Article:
2) To determine socioeconomic and institutional factors that influence the level of pesticide usage among small-scale tomato farmers. 
3) To establish the role of risk perception, socio-economic and institutional characteristics on the intensity of uptake of alternative pest control methods among small-scale tomato farmers. 

Research questions 
1) What are the precautionary behaviours in pesticide use among small-scale tomato farmers? 
2) Which socioeconomic and institutional factors influence the level of pesticide usage among small-scale tomato farmers? 
3) What is the role of risk perception, socio-economic and institutional characteristics on the intensity of uptake of alternative pest control methods among small-scale tomato farmers? 

Justification of the study 
Pesticide overuse during crop protection against pests has become a common feature in contemporary agriculture. This has created increasing concerns about pesticide-related adverse effects on human health and the environment (Hossard et al., 2017; Jallow et al., 2017). Some of the short-term and chronic illness due to pesticide exposure include skin irritation, excessive salivation, shortness of breath, sneezing, coughing, headache, vomiting, stomach pains, cancer and dermatitis to mention but a few (Karunamoorthi et al., 2012; Macharia et al., 2013; Macharia, 2015). As a result, understanding the farmer’s extent of pesticide use is paramount in altering their behaviour towards decreasing pesticide use. 

Tomato is an important commercial vegetable crop in Nakuru County which has potential to generate household income and creation of employment (Lagat et al., 2007; GoK, 2013; Munyua and Wagara, 2015). Nakuru County is one of the leading tomato producing areas in Kenya (Sigei et al., 2014; Mueke, 2015). Nakuru County has been reported as one of the regions with rising cases of pesticide misuse during crop protection leading to high levels of pesticide residues in agricultural produce. This threatens consumer food safety, human health as well as the environment (Lagat et al., 2007; Okworo, 2017). Proper utilization of pesticides in the area will lead to environmental conservation, improved food safety leading to improved human health and reduced cost of production. Consequently, tomato production will contribute towards poverty alleviation in the region where the human poverty index is 24.6% (GoK, 2013). This is a step towards achieving the first sustainable development goal of poverty eradication (Pisano et al., 2015) in the nation. Research findings will contribute towards the smooth implementation of Food, Drugs and Chemical Substances Act (2013), National Environment Policy 2013 as well as Crop Act 2013 which are aimed at promoting and enhancing food safety, environmental safety and increasing agricultural productivity through rational pesticide use.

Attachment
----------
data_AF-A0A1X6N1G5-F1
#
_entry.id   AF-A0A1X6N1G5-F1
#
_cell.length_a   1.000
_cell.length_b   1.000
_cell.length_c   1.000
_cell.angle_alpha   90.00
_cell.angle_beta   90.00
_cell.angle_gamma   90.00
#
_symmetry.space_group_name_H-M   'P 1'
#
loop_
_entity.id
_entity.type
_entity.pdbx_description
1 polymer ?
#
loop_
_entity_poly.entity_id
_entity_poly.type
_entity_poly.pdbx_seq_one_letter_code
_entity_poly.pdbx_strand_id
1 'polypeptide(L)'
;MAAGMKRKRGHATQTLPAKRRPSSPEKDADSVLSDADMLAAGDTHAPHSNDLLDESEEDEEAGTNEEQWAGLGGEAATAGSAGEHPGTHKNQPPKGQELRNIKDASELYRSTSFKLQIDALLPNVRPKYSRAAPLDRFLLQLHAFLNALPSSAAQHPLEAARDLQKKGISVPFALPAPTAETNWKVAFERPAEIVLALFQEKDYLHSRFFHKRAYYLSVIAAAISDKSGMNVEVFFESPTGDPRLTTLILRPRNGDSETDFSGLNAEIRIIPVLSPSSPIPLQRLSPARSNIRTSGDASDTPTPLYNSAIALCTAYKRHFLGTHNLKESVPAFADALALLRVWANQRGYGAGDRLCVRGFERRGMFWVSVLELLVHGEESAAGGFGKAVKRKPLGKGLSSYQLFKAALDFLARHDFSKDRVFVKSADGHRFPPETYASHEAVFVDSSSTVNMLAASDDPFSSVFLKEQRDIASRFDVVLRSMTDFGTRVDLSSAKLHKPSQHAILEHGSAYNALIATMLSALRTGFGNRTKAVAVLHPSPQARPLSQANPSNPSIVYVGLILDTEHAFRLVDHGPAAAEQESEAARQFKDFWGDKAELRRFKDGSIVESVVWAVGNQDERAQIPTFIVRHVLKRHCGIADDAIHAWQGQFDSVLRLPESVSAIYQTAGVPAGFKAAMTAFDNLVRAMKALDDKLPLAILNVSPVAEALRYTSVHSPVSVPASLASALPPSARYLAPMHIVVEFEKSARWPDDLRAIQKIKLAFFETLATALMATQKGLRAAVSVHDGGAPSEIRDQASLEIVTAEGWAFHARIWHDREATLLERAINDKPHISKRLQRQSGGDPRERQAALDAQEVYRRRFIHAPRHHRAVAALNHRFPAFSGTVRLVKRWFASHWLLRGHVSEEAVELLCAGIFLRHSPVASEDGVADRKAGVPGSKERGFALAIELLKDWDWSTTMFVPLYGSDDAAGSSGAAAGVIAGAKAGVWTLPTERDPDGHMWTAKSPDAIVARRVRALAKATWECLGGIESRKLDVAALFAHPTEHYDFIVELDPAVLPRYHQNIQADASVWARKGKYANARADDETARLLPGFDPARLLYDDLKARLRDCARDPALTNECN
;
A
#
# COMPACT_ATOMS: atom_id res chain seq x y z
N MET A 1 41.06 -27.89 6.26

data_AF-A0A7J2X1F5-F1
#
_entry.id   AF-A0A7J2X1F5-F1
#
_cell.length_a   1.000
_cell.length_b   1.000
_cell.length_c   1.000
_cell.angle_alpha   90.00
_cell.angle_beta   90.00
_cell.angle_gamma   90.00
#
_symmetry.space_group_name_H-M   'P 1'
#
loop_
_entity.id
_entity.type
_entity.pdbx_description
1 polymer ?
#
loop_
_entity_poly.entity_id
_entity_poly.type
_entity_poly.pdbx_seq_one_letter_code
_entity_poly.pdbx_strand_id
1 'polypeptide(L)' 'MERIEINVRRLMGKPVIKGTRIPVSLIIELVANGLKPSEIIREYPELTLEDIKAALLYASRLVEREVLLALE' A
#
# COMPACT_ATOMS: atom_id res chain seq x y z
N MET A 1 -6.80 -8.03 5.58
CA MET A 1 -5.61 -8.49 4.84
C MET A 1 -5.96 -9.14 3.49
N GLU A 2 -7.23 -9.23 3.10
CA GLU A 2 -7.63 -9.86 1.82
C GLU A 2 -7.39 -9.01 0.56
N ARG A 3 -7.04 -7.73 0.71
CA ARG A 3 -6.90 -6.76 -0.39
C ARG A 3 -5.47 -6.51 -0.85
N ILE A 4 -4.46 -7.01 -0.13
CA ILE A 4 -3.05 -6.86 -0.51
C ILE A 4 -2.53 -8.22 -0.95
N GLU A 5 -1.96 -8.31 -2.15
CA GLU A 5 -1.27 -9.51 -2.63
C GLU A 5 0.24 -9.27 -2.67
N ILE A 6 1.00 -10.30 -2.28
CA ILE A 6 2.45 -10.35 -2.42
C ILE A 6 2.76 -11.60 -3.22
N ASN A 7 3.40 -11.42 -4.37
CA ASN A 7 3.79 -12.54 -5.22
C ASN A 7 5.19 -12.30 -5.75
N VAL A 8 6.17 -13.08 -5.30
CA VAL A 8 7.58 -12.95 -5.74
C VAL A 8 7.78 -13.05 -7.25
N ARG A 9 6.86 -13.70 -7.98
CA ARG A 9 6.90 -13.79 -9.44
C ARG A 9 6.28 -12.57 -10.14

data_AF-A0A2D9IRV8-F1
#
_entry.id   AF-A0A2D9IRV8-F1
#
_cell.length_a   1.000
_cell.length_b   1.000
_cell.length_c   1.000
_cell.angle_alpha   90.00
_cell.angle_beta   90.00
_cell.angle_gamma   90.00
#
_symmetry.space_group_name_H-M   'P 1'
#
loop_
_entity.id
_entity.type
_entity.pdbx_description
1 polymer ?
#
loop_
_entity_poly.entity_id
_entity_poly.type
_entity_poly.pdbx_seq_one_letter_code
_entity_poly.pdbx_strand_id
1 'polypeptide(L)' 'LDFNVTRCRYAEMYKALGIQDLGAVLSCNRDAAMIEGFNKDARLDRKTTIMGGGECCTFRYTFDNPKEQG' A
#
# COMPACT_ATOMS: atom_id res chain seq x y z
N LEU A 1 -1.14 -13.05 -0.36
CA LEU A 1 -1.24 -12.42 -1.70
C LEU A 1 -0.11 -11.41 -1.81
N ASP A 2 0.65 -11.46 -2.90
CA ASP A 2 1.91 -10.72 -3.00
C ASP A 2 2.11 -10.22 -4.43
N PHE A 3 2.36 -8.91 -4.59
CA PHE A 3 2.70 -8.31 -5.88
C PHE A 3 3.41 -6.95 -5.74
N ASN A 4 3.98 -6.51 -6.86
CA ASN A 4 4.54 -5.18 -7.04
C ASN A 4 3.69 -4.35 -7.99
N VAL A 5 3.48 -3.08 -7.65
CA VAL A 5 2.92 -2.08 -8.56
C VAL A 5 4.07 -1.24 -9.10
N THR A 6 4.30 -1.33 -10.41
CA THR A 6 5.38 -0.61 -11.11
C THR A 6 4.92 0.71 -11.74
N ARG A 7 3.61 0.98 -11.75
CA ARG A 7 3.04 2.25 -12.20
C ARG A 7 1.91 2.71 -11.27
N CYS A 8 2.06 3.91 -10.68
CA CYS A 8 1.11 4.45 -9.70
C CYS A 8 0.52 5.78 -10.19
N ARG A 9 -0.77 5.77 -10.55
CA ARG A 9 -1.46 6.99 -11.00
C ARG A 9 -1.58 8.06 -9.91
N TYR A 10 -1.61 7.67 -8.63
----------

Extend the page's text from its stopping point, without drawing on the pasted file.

Also, the literature on the level of pesticide usage, non-chemical pest control methods and pesticide risk perception among small scale farmers growing tomatoes in open field in this region is limited. Risk perception is significant in the choice of alternative pest control methods because of its influence on the farmer’s decision-making process and behaviour. Consequently, information from the research study findings will enhance safe pesticide use. This could lead to reduced crop loss due to insect pest and diseases leading to increased yields, increased farm incomes, improved food nutrition and better living standard. Moreover, findings from this study will enable policymakers to formulate intervention strategies aimed at promoting an alternative to pesticide use leading to improved human health and conservation of the environment. 

Scope and limitation of the study The study was confined to Nakuru County. The study was limited to small-scale tomato farmers who grew tomatoes in open field. The selected main issues in this study included precautionary pesticide use behaviours, determinants of the level of pesticide usage as well as the role of risk perception, socio-economic and institutional characteristics on the intensity of uptake of non- chemical control methods among small-scale tomato farmers. The findings in this study though useful were limited in that farmers interviewed hardly kept records on pesticide use. Consequently, most of the answers to questions were based on the farmer’s memory. However, thorough probing was undertaken to ensure respondents gave accurate data.

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Item Type: Kenyan Project Material  |  Attribute: 77 pages  |  Chapters: 1-5
Format: MS Word  |  Price: KSh900  |  Delivery: Within 30Mins.